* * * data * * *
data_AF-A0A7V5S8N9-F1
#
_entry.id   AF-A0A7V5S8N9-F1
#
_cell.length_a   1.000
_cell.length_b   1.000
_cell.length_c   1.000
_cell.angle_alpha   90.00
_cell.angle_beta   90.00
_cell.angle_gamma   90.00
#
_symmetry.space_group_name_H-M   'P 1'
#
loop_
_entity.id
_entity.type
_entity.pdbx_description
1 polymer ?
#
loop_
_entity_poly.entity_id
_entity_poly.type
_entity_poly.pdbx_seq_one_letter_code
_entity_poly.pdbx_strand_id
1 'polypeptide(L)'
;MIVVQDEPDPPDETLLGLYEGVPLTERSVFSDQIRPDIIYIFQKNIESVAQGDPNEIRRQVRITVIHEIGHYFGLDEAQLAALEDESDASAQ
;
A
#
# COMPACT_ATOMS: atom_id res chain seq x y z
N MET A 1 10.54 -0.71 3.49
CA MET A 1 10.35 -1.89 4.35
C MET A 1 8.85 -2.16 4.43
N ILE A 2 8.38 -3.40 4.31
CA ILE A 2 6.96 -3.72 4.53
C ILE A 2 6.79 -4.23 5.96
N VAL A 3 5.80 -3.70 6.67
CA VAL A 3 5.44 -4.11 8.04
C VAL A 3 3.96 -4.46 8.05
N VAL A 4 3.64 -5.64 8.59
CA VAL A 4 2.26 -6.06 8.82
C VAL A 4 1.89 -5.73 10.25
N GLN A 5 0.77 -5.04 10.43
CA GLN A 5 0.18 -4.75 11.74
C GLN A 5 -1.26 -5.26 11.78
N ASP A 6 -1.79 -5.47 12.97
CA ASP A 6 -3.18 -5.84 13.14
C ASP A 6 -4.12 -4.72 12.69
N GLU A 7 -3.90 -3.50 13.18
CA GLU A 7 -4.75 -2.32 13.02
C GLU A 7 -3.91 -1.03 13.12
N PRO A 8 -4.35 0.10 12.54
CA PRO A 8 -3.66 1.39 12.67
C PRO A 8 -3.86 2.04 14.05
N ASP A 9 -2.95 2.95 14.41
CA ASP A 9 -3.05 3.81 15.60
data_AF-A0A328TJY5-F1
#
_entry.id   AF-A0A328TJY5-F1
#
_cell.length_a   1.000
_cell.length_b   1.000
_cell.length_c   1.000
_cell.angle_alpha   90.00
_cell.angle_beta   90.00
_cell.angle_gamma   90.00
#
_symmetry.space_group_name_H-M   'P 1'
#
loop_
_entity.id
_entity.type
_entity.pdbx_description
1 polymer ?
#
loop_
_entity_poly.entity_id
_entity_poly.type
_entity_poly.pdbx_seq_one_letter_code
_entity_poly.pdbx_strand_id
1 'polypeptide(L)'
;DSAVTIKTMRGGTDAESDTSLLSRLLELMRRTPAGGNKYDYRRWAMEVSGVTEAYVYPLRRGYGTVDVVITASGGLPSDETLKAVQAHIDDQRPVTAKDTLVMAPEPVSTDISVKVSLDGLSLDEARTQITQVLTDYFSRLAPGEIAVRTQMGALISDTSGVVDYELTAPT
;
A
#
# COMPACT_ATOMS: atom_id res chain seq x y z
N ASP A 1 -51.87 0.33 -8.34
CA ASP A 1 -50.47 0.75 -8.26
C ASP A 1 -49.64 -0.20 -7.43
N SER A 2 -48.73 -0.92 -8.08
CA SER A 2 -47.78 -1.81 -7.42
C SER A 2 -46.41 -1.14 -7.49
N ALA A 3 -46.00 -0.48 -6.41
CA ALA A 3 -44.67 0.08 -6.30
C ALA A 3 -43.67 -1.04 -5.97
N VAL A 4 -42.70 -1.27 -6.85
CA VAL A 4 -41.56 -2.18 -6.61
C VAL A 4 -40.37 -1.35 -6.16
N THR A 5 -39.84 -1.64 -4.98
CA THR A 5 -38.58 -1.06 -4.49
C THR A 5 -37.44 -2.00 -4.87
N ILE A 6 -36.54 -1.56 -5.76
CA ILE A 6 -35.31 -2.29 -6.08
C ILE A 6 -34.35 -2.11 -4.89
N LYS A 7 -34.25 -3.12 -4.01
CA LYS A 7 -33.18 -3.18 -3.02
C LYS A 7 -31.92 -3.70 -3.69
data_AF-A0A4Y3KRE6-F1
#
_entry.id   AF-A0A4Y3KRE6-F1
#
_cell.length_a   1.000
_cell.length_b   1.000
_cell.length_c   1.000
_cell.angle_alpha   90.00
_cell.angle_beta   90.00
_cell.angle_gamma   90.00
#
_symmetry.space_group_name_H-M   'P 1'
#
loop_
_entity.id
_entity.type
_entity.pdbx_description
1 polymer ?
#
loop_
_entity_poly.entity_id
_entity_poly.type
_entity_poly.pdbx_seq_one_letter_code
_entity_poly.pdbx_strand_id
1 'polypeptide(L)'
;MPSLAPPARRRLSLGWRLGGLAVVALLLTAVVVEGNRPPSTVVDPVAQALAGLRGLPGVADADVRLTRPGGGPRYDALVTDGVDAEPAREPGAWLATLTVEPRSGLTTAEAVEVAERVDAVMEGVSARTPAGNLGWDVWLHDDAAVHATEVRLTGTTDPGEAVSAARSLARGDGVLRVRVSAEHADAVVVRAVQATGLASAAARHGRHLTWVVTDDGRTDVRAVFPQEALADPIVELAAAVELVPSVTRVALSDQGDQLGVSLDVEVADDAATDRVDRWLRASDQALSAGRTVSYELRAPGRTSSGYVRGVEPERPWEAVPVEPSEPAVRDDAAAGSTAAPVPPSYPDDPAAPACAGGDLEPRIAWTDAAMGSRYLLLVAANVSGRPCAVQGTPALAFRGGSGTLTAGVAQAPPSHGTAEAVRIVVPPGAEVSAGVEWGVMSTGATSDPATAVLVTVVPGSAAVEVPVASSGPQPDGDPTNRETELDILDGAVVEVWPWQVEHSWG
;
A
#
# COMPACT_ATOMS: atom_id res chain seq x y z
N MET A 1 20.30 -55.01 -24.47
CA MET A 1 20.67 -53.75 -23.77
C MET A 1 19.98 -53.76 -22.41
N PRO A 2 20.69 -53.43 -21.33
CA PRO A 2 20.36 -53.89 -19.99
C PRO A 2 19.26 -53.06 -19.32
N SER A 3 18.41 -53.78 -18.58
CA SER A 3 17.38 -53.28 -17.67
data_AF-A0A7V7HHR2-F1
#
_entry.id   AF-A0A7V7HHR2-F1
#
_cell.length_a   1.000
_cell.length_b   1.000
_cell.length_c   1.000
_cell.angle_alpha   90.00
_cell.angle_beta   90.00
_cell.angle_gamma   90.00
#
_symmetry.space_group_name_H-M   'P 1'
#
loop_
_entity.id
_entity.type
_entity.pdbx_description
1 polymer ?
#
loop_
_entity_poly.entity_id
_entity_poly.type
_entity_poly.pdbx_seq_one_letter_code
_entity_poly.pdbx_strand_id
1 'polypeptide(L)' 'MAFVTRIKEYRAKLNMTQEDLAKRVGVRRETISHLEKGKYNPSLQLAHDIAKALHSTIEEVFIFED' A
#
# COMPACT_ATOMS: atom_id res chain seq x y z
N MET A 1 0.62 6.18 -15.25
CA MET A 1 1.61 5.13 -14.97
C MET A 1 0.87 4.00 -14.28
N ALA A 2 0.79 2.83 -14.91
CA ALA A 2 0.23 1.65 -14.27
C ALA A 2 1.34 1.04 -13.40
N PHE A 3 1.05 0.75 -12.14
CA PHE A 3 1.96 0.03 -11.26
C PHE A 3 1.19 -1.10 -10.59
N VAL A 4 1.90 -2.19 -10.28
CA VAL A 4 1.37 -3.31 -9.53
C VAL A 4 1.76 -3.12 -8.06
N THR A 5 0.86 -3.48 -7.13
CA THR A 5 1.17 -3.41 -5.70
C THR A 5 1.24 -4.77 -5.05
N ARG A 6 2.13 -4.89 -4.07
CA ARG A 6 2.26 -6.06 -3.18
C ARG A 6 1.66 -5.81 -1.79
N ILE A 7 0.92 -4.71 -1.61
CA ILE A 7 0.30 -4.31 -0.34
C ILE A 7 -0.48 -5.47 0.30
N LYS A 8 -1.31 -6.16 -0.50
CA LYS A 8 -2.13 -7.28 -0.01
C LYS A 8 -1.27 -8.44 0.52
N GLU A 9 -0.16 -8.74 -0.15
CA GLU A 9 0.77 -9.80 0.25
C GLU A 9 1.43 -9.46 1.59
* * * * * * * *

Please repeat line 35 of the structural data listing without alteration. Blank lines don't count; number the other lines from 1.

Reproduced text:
CA ILE A 2 6.96 -3.72 4.53